(Editorial published May 12 1916)
Patrick Matthew is again fondly remembered by the same writer of the 1909 retrospective, here writing 7 years later in the middle of the First World War (which explains the anti-German sentiments expressed in other parts of the article). These reminiscences are part of a “Weekly Letter” contributed by a correspondent signing himself “D. S. S.”. We know him to be the same writer as the “Retired Farmer” of the 1909 letter because the same personal anecdote, of Matthew rowing across the Tay to have breakfast with the writer, is repeated here.
The writer first notes a piece in the British Weekly, which had quoted from Darwin’s letter to Wallace in May 1860, admitting that he had been “fairly forestalled” by Matthew. The writer then repeats the anecdote of Matthew rowing across the Tay, and recals Matthew’s staunch belief that the Tay Rail Bridge would fall, which was ridiculed until the catastrophe did indeed come to pass.
In the “British Weekly” of 4th inst., there is an interesting note by “A man of Kent.” He quotes the following from a letter by Darwin in 1860 :— “Here is a curious thing, a Mr Pat Matthews, a Scotchman, published in 1830 a work on Naval Timber and Arboriculture and in the appendix to this he gives most clearly but very briefly in half-a-dozen paragraphs our view of Natural Selection. It is a most complete case of anticipation. He published extracts in the “Gardener’s Chronicle.” I got the book and have since published a letter acknowledging that I am fairly forestalled.” This handsome admission by the great scientist concerning one of his greatest discoveries or theories is most honourable. Darwin’s anticipator was Mr Patrick Matthew, not Matthews, the laird of Gourdiehill in the Carse Cowrie. He died about 40 years ago, an octogenarian. I knew him well. He was a most independent and original thinker and an expert in arboriculture and fruit growing. His estate of Gourdiehill is a small one but it included an orchard of about 30 acres — said to be the largest then in Scotland. He used to hire shops in Dundee in the autumn for the sale of his fruit which also, 50 and 60 years ago, extensively sold from barrows on the streets of Forfarshire towns — in Arbroath among the rest. I daresay there may be some living still, who recollect these peripatetic fruitsellors, both men and women, yelling “Carse o’ Gowrie aiples! a penny the pund – Gourdiehill aiples fae the tap o’ the tree –penny a pund – penny a pund!”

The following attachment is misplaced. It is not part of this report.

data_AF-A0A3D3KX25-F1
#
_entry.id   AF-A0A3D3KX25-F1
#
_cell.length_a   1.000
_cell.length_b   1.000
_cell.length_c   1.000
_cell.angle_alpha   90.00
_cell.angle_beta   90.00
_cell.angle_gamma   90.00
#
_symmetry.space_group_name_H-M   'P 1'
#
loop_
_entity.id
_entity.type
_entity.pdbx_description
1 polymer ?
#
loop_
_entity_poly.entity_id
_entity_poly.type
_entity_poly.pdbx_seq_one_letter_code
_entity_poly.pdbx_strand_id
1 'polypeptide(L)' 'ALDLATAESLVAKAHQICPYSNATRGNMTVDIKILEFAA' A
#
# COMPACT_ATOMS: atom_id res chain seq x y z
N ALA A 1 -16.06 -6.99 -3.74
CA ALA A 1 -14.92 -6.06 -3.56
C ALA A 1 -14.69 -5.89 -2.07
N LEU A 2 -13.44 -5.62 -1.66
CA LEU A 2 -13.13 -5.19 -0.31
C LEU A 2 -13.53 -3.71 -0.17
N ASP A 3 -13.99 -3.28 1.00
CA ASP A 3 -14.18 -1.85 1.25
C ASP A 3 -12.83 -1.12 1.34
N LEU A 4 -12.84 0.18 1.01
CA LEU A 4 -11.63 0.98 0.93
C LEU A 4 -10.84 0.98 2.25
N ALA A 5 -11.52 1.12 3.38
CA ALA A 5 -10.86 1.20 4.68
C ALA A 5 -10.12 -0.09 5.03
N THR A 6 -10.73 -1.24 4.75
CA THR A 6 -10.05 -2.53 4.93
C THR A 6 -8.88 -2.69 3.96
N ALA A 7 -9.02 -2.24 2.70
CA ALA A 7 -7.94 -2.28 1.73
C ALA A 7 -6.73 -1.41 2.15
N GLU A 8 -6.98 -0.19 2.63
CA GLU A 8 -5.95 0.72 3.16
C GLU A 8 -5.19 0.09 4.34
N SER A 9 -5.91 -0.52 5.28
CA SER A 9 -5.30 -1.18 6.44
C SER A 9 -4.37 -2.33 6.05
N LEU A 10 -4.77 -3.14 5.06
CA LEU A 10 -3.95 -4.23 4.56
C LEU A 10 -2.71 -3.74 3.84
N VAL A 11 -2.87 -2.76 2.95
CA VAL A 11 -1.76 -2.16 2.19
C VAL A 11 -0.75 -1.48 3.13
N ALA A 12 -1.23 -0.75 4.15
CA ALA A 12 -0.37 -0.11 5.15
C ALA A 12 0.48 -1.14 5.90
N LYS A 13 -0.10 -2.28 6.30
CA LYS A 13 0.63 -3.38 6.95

A Wonderful Octogenarian
Mr Matthew was an old man when I knew him first in 1864 and many a happy evening I have spent at Gourdiehill. He always wore black clothes and I think a silk hat and with his long white hair had the appearance of a clergyman, though I never knew him attend church during the 8 or 10 years I knew him. He was for an old man a great walker and used to visit relatives in Newburgh, crossing the Tay at Port Allen to which he walked from Gourdiehill, a distance of 3½ miles. Well do I recollect a beautiful morning in the sunny summer of 1869. Before 8 o’clock we descried Mr Matthew coming towards our house in his shirt sleeves carrying his black surtout over his arm. He had walked into Newburgh from his friends’ residence, crossed the Tay —about miles — in a rowing boat (slanting down the river to Port Allen) afterwards toiling up to Mains of Errol in the hot sun. But to prove that he was not tired he ran up the stair our breakfast parlour taking two steps at a time though almost if not quite 80 years of age. After breakfast, during which he entertained with sundry philosophical speculations, as was his wont, he proceeded to Gourdiehill. Though he did not live to see it fall, he maintained stoutly, amidst much ridicule, that the first Tay Bridge could not stand. The Dundee newspapers, however, on that terrible Monday morning in December 1879, bore witness that the old philosopher had been right when he anticipated the catastrophe which had occurred the previous night.